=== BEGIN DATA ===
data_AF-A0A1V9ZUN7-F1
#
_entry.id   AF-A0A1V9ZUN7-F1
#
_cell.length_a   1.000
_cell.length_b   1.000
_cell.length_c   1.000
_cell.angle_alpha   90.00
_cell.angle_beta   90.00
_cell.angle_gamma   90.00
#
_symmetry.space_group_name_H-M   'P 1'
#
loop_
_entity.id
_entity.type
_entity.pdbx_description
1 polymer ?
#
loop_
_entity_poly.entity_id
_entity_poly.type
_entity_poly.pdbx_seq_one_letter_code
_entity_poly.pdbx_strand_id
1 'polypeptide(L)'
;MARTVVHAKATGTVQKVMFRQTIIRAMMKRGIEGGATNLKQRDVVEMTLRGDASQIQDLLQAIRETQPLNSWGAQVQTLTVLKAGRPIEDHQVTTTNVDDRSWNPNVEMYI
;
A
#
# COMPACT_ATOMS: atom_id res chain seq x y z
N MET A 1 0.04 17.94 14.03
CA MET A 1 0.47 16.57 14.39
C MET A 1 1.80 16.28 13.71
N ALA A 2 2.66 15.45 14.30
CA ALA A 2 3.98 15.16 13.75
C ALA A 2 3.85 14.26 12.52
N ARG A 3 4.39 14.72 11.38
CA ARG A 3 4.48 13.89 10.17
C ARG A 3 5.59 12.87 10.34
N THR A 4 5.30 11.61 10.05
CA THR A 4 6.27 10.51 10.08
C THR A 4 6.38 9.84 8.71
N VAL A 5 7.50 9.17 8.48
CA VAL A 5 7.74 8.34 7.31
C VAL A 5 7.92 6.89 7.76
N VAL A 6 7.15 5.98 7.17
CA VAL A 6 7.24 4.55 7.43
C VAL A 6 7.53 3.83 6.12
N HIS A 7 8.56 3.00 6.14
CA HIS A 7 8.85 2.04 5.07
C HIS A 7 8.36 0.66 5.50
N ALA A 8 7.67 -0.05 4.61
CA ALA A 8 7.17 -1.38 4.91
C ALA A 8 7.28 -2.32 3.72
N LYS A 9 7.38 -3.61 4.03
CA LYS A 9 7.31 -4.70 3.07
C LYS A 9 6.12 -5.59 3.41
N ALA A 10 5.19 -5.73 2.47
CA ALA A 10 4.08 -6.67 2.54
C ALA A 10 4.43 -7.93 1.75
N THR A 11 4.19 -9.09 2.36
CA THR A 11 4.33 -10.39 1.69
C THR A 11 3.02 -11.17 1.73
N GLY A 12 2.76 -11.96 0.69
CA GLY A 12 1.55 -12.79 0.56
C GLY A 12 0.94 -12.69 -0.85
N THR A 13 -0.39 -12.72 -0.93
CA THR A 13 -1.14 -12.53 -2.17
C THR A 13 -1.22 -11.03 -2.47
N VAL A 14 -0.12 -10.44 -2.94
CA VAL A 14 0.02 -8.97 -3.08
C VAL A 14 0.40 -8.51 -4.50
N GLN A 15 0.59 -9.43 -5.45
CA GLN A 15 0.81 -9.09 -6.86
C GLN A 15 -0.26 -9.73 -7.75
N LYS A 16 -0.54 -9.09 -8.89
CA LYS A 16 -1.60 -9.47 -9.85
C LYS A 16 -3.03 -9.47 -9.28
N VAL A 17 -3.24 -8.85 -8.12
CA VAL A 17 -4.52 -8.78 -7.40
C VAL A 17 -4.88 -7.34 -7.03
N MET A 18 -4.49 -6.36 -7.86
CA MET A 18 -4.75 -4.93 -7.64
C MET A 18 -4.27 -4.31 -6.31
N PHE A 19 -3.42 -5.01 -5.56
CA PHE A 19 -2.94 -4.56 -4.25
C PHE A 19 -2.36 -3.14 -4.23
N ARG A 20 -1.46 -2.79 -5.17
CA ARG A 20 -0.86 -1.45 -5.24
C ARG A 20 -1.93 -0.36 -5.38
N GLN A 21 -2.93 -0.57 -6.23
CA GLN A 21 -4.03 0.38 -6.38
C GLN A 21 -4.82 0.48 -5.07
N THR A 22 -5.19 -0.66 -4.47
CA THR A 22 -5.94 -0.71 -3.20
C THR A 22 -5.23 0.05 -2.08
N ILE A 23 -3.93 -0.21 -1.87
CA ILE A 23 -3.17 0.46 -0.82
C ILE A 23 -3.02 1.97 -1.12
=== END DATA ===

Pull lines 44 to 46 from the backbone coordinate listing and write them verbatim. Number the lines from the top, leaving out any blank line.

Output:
CA VAL A 5 7.74 8.34 7.31
C VAL A 5 7.92 6.89 7.76
N VAL A 6 7.15 5.98 7.17